We were tryin’. We were out on the road, we were breakin’ new ground– and then the new ground broke, which was the COVID! And we got sideways! My last gig, bro, I’m playin’ on a big stage with smoke comin’ out and I’m watchin’ while I’m tryin’ to sing, watchin’ them sanitize the chairs. So it got sideways. We went to California and were tryin’ to figure out what we could do and that was the best decision I could make. We got us a place and we made some new songs.
Tell me about that decision because that’s a huge leap to go from doin’ some shows, the pandemic explodes…
Well, what else? That’s the way we get down! I don’t lay down. I don’t lay down– and not to mention that there’s a bunch of other guys that thought that they had a job for a certain amount of time! And so I needed to figure out what we were doin’ and the best use of our time. The best use of our time was to get them closer to their home. Man, you put us in a studio or anywhere, we have a hard time not playin’ music. We just come up with shit all the time. Every day, somebody’s got a new idea and that’s all we do. That’s our thing, man. You wanna hear it? Listen to this! You want to hear it? They’re still out here right now![Guitar/drums sound]
(Laughs) Here we are! I’m talkin’ to you and they’re still playin’!
Had there been a plan at that point to actually get into the studio or was that an off the cuff decision to go ahead and do that?
No, there was no plan, man. COVID hit and we had zero plan. Everybody just had big eyes! We’re on a bus and it’s like, “What the hell are we supposed to do?” And a lot of eyes were lookin’ at me. And so I asked Cory, my manager, to get us a place. I said, “If we can find a place in Joshua Tree that has a studio and a house connected to it, so we can still stay COVID-free and also get to make music that would be our best choice.” He made it in about two seconds and we turned the bus around and went there.
What studio was it?
It was called Skylab Studio. It’s not much of a studio. They’re like kinda gettin’ on their feet, I would say, but they’re tryin’. They have stuff, but they were still puttin’ up boards and shit, you know (laughs)? They’re tryin’… But it’s called Skylab Studios and it was something for us to do because we all thought that we were supposed to be on the road for another month. And then all of a sudden we weren’t! So I said, “Let’s go write some new songs.” And we absolutely did! We made better songs! Shit, we don’t even play the old songs no more!
You do have a fantastic band. I’ve been listenin’ to the tracks that have been released and some of your live videos. Tell me about the band– who are the guys and where did they come from?
They’re all based out of L.A. They come from different places. Eli Wulfmeier is originally from Michigan. He plays in some different stuff. His actual name is Leroy if anybody wants to know (laughs)! But they all live in L.A. You got Jake Abernathie on the keys. We got Adam Arcos on the bass. On the album and some of the other stuff you might hear might be a different drummer, but right now on the drums you got Matt [Tecu]… Shit, he plays with Bob Dylan’s son! The drummer has always kinda come in and out a little bit, but they’re workin’ on it. The main band of the guys that have been together, that wrote these songs is myself and Eli Wulfmeier, Jake Abernathie, and Adam Arcos.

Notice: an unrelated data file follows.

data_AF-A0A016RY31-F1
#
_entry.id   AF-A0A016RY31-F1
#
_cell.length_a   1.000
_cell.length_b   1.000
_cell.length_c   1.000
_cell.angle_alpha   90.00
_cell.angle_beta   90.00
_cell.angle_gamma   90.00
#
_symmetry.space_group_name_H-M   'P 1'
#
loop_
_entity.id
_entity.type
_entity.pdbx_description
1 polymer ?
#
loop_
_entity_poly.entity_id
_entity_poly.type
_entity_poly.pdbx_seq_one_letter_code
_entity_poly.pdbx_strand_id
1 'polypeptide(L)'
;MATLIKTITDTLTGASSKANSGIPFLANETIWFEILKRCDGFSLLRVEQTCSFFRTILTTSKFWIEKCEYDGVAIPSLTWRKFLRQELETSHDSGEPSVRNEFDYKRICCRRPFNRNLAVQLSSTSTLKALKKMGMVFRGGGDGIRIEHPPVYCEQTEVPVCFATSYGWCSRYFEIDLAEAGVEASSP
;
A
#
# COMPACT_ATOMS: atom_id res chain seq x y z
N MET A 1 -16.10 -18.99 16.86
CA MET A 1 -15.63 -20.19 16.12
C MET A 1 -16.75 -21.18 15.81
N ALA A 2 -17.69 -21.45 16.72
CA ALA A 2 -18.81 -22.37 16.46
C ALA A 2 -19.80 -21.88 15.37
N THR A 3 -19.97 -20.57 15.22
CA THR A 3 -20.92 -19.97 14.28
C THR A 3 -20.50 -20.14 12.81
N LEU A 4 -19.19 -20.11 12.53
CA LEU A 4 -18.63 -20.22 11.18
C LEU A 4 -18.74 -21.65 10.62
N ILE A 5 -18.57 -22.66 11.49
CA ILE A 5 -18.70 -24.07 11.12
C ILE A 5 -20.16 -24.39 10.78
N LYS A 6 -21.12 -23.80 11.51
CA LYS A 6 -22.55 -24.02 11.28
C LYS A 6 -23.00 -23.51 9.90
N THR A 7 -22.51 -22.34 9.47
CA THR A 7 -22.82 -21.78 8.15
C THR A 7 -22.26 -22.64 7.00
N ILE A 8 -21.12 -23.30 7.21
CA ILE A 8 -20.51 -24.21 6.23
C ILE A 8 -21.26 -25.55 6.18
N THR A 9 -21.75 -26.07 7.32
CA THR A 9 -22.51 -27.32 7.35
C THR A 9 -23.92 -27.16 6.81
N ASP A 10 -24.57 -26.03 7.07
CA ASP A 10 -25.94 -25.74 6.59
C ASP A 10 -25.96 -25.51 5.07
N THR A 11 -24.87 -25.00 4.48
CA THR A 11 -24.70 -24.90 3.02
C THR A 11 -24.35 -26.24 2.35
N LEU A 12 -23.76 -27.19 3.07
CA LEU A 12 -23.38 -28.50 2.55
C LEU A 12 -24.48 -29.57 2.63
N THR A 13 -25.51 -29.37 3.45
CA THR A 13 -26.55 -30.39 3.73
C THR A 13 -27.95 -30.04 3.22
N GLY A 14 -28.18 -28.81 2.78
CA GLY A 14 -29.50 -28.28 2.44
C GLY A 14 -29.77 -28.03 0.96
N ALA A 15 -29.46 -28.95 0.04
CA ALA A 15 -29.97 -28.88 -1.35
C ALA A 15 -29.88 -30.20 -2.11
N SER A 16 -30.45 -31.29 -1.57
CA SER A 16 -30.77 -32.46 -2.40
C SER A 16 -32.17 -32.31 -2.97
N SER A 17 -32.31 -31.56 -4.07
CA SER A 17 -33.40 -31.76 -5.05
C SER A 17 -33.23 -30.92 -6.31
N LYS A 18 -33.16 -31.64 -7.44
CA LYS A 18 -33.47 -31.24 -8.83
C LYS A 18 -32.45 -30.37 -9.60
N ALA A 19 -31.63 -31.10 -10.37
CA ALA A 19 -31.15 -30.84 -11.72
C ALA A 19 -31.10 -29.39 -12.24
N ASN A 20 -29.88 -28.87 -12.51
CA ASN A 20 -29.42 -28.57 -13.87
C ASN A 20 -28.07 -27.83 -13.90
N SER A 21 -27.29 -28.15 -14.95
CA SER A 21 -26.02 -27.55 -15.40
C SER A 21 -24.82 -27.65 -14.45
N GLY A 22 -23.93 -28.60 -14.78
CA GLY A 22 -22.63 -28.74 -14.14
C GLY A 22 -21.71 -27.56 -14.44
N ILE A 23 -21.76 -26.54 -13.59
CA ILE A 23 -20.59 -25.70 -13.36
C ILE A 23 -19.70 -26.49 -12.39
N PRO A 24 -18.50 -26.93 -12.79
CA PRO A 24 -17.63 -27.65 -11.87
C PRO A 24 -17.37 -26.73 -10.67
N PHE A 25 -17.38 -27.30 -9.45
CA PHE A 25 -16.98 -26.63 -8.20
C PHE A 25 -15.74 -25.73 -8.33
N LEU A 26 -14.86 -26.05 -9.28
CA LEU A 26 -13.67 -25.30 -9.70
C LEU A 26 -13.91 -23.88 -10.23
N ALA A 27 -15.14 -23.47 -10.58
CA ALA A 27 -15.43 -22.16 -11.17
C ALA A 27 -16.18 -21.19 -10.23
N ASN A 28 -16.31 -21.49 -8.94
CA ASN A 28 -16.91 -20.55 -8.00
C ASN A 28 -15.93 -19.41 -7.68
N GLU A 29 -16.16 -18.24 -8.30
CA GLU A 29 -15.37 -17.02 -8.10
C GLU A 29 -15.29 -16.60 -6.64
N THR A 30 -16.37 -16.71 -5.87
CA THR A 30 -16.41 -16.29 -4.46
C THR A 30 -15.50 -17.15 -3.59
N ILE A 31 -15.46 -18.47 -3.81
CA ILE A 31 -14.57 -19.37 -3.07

I think Adam’s actually from around our neck of the woods, down the road in Perry, Georgia, if I’m not mistaken.
He is. He’s actually from Macon.
It’s gonna be a bit of a homecomin’ when you guys come to the Creek Stage next week!
Yeah, I think that he’s pretty down to go back to his home place and play these songs. He’s played with a lot of big people, all these guys have played with really big people. I’m the littlest person they’ve ever played with, but they also know what the songs sound which direction we’re headed. So they wanna do this deal.
So the album is gonna be called Feather? Is that right?
No, sir. I don’t think I want to call it Feather.
But there is a full album in the works?
Oh, we got more songs than we know what to do with! It’s ridiculous! There is a feather on the front of the album, for sure, but I don’t think I’m gonna to put the label of “Feather” [on the album] because that feather that you see that’s on that album, it’s also everywhere. It’s on my arm… It’s me. It’s my brand. It’s not just this one album. So I’m not just gonna put a name on it.
Do you have a release date in mind?
Well, we got the other song comin’ out. Cory could probably help you more with this, but you know how all that stuff goes… Do we release one song at a time? I want to release all of ’em, but we gotta build up a little bit of stuff because nobody knows who the hell I am! They’re tryin’ to do their business job of how it goes out. For me, I’m just like, “Man, get this out there!” But the music side of the business is a different deal.